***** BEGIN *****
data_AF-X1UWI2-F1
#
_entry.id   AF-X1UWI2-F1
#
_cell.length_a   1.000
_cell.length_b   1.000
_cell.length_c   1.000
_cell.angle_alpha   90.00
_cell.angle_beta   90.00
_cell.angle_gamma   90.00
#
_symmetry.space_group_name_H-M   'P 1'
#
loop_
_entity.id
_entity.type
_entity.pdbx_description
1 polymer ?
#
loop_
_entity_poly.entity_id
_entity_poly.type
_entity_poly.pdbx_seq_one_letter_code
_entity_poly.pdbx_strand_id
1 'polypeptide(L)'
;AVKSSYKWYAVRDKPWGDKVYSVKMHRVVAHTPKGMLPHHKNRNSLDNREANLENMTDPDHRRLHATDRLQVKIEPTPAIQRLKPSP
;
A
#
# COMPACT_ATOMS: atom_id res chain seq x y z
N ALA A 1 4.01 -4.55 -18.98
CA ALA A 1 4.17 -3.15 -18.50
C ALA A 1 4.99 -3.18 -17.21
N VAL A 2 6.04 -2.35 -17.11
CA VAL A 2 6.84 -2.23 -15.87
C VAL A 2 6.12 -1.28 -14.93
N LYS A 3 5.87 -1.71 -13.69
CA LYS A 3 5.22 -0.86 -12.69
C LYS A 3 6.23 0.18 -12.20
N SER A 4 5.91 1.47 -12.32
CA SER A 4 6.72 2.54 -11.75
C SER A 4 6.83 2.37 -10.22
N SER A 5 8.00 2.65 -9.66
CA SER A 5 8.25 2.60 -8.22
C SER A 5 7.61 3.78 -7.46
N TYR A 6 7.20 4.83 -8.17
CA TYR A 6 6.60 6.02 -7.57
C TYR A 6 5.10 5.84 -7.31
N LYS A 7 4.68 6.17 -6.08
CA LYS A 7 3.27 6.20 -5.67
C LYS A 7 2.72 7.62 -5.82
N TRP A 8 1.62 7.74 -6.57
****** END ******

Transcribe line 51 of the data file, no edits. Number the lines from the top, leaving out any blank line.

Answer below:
C LYS A 7 2.72 7.62 -5.82